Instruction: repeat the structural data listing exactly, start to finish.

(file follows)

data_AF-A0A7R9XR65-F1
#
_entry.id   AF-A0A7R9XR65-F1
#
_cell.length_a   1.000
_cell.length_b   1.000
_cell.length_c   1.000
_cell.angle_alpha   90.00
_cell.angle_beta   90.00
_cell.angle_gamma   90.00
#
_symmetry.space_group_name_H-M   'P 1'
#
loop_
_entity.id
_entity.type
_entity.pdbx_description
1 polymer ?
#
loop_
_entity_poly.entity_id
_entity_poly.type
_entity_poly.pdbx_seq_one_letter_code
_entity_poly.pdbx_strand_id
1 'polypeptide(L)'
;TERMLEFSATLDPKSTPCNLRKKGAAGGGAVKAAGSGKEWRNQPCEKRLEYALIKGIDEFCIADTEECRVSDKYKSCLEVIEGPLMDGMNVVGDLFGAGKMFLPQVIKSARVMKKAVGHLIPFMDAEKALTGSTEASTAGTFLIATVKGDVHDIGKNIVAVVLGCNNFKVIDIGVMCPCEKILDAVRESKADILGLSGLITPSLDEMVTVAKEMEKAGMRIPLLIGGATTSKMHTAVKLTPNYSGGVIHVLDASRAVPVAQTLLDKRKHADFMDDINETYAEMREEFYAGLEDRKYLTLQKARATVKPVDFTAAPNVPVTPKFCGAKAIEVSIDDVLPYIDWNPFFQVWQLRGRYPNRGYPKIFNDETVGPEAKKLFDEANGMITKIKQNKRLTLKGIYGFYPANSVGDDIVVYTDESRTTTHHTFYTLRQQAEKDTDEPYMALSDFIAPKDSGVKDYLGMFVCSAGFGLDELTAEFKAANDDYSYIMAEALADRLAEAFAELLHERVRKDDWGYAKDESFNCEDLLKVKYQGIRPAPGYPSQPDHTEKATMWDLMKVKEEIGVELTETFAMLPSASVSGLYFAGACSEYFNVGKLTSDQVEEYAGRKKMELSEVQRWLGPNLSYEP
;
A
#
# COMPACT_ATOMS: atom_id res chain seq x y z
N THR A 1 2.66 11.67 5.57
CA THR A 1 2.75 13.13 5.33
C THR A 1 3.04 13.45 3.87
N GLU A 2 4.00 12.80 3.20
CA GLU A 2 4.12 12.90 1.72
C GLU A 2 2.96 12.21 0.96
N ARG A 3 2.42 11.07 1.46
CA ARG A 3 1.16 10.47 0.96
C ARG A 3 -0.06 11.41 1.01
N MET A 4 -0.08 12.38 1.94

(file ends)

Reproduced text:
data_AF-A0A7R9XR65-F1
#
_entry.id   AF-A0A7R9XR65-F1
#
_cell.length_a   1.000
_cell.length_b   1.000
_cell.length_c   1.000
_cell.angle_alpha   90.00
_cell.angle_beta   90.00
_cell.angle_gamma   90.00
#
_symmetry.space_group_name_H-M   'P 1'
#
loop_
_entity.id
_entity.type
_entity.pdbx_description
1 polymer ?
#
loop_
_entity_poly.entity_id
_entity_poly.type
_entity_poly.pdbx_seq_one_letter_code
_entity_poly.pdbx_strand_id
1 'polypeptide(L)'
;TERMLEFSATLDPKSTPCNLRKKGAAGGGAVKAAGSGKEWRNQPCEKRLEYALIKGIDEFCIADTEECRVSDKYKSCLEVIEGPLMDGMNVVGDLFGAGKMFLPQVIKSARVMKKAVGHLIPFMDAEKALTGSTEASTAGTFLIATVKGDVHDIGKNIVAVVLGCNNFKVIDIGVMCPCEKILDAVRESKADILGLSGLITPSLDEMVTVAKEMEKAGMRIPLLIGGATTSKMHTAVKLTPNYSGGVIHVLDASRAVPVAQTLLDKRKHADFMDDINETYAEMREEFYAGLEDRKYLTLQKARATVKPVDFTAAPNVPVTPKFCGAKAIEVSIDDVLPYIDWNPFFQVWQLRGRYPNRGYPKIFNDETVGPEAKKLFDEANGMITKIKQNKRLTLKGIYGFYPANSVGDDIVVYTDESRTTTHHTFYTLRQQAEKDTDEPYMALSDFIAPKDSGVKDYLGMFVCSAGFGLDELTAEFKAANDDYSYIMAEALADRLAEAFAELLHERVRKDDWGYAKDESFNCEDLLKVKYQGIRPAPGYPSQPDHTEKATMWDLMKVKEEIGVELTETFAMLPSASVSGLYFAGACSEYFNVGKLTSDQVEEYAGRKKMELSEVQRWLGPNLSYEP
;
A
#
# COMPACT_ATOMS: atom_id res chain seq x y z
N THR A 1 2.66 11.67 5.57
CA THR A 1 2.75 13.13 5.33
C THR A 1 3.04 13.45 3.87
N GLU A 2 4.00 12.80 3.20
CA GLU A 2 4.12 12.90 1.72
C GLU A 2 2.96 12.21 0.96
N ARG A 3 2.42 11.07 1.46
CA ARG A 3 1.16 10.47 0.96
C ARG A 3 -0.06 11.41 1.01
N MET A 4 -0.08 12.38 1.94